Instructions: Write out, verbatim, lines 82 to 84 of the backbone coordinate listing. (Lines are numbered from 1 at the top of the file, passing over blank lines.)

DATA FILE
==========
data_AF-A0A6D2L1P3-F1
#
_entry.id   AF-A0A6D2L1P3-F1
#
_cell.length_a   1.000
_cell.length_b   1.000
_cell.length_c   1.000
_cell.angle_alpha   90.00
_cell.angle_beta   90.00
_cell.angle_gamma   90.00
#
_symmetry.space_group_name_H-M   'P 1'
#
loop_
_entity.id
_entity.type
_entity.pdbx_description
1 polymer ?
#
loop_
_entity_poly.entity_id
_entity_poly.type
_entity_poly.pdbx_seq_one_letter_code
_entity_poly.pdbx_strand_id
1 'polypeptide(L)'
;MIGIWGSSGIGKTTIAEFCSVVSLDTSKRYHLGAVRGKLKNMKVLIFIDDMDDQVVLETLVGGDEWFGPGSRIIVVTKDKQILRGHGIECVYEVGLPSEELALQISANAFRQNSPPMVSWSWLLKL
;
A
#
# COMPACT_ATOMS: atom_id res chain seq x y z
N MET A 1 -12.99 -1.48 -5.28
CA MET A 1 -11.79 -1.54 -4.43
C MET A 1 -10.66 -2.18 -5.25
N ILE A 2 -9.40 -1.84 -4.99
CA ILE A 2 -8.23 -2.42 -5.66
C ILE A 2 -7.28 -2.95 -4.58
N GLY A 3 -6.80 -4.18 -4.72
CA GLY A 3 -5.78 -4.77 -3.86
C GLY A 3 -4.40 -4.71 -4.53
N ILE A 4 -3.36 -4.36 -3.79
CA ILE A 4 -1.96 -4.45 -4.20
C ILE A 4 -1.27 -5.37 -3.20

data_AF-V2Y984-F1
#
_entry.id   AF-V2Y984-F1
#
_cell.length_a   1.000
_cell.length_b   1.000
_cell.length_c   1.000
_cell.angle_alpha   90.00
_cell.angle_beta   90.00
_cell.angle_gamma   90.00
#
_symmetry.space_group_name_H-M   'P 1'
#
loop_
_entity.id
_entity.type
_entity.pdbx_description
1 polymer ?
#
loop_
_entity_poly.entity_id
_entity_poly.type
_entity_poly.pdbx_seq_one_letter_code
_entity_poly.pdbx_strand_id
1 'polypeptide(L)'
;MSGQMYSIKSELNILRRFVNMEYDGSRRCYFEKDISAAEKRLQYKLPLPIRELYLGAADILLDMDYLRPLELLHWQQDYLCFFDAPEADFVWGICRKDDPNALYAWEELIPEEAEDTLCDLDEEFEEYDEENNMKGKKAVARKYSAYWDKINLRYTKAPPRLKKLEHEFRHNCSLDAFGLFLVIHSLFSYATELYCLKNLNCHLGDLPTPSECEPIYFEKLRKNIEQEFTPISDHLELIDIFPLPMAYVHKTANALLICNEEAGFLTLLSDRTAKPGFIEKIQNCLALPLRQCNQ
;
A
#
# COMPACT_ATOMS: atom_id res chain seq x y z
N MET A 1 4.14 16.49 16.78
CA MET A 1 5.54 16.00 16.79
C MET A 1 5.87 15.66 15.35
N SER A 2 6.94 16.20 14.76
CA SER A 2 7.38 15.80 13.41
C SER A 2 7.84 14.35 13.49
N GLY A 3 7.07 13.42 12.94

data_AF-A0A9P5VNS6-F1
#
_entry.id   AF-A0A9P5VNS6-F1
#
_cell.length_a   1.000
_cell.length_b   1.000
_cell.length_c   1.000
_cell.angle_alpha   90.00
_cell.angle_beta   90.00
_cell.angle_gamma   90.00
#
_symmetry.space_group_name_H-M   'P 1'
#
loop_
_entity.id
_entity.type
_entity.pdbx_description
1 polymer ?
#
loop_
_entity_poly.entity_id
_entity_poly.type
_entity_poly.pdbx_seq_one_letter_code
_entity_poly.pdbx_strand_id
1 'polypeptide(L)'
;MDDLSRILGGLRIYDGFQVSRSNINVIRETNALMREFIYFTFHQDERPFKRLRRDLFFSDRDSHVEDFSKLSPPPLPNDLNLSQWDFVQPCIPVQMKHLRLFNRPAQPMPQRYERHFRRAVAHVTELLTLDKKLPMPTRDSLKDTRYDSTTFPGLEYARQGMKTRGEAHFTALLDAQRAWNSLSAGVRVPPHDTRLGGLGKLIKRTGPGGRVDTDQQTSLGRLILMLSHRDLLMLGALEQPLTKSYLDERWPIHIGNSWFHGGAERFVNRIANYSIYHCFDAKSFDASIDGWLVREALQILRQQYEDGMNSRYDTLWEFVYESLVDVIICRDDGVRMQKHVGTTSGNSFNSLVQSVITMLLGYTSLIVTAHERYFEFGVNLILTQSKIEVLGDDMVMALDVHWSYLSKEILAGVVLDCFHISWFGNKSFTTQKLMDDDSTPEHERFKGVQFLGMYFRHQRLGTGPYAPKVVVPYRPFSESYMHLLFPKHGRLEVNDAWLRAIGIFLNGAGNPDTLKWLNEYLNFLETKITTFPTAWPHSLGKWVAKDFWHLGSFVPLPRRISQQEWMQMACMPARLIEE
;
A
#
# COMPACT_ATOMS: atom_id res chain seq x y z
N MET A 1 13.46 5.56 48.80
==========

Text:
_entry.id   AF-A0A9P5VNS6-F1
#
_cell.length_a   1.000